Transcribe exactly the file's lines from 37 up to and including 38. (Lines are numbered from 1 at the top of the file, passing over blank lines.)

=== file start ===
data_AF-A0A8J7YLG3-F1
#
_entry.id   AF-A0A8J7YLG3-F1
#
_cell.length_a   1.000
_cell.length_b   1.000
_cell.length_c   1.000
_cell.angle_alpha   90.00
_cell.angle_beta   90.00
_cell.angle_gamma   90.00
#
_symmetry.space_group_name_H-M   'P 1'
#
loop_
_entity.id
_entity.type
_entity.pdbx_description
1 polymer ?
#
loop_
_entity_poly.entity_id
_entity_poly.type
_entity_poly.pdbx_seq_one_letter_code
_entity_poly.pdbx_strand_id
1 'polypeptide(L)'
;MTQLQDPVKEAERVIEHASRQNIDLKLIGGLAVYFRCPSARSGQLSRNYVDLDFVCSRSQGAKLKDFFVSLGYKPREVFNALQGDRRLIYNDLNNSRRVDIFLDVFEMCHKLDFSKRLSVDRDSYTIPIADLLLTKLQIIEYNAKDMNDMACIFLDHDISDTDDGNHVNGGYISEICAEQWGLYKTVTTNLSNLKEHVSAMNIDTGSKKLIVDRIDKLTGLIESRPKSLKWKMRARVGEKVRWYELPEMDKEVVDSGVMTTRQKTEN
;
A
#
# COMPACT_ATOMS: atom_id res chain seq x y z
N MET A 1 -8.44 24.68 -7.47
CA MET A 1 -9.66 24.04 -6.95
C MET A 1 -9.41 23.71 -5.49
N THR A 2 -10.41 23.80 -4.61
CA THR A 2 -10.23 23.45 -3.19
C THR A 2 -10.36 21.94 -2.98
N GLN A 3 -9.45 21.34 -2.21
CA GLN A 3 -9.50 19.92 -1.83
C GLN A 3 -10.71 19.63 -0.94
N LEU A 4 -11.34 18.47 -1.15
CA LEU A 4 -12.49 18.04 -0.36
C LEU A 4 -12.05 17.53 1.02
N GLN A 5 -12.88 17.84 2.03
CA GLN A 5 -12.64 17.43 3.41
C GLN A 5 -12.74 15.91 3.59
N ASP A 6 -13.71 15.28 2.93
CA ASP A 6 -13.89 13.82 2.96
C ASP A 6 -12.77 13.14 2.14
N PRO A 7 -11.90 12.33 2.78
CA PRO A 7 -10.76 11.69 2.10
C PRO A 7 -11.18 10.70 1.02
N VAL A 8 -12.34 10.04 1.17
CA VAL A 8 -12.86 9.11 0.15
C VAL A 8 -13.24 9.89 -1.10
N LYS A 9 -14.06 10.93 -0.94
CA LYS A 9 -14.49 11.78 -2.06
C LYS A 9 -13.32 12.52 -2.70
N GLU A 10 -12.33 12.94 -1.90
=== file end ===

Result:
N GLN A 3 -9.45 21.34 -2.21
CA GLN A 3 -9.50 19.92 -1.83